Qualifiers bring southern comfort
BY 3.30 tomorrow afternoon, either the red and white or green and gold flags will be fluttering proudly above Fitzgerald Stadium, Killarney, while the other flies at half-mast.
By 3.45, either Jack O'Connor or Conor Counihan will be explaining that, while it's always great to win the Munster title, a huge improvement is required for the All-Ireland championship push. The other will acknowledge that his side were beaten by a "better team on the day" while promising a renewed drive in the qualifiers.
By next week, people will be wondering if the game was an All-Ireland final rehearsal and by midday on September 18 there's every chance that Cork and Kerry supporters will be converging on Croke Park for the ultimate shoot-out. Alternatively, they could meet in the semi-final, as has happened five times (including a replay) since the opening of the 'back door' 10 years ago.
When the qualifier system was first mooted in the summer of 2000 it was seen as having many plus points, led by the certainty that all counties would play at least two championship games. However, sceptics argued if it would bestow a clear advantage on stronger counties, while also devaluing provincial championships.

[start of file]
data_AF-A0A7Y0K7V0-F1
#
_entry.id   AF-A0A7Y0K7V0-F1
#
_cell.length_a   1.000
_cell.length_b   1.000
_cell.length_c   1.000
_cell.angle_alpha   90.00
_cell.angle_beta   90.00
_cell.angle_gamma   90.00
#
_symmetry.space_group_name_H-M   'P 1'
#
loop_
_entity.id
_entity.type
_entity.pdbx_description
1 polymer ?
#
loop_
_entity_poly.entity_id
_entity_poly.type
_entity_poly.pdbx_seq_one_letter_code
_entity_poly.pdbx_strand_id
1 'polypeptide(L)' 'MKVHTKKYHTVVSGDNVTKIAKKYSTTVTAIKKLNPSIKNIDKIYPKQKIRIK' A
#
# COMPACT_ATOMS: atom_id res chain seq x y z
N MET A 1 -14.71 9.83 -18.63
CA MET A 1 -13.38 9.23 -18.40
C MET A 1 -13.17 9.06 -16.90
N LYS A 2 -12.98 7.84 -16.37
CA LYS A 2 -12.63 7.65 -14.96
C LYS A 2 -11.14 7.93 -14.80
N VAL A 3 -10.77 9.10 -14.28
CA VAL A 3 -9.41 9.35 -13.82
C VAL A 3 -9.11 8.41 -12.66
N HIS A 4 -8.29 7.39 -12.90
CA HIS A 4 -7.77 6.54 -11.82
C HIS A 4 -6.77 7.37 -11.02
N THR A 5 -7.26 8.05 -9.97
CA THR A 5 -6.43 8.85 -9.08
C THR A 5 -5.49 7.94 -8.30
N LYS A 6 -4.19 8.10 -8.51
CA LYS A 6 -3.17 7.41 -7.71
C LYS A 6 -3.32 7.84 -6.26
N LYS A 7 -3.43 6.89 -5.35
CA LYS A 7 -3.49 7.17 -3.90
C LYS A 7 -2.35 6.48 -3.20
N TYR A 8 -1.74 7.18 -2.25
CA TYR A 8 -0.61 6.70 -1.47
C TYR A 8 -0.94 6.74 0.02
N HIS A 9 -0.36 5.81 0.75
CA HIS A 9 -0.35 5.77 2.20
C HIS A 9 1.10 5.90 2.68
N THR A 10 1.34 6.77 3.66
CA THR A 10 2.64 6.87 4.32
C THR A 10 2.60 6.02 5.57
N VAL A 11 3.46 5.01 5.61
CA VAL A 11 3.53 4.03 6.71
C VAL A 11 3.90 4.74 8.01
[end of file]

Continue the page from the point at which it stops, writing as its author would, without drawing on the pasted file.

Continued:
The first claim was validated in the very first season under the new system when Galway won the All-Ireland title after losing the Connacht semi-final.
Since then, Tyrone (2005, 2008), Kerry (2006, 2009) and Cork (2010) have won the All-Ireland title through the 'back door', while Armagh (2003), Kerry (2002, 2008), Cork (2007) and Down (2010) were beaten finalists via the same route.
Notice anything about that?
Kerry and Cork have made very good use of the qualifiers, as was always likely to be the case. Of course, they would argue that as two of the major forces in football it's appropriate that they would both get a chance to take their cases to Croke Park rather than be denied the opportunity because of the restrictive nature of the All-Ireland format as it applied up to 2001.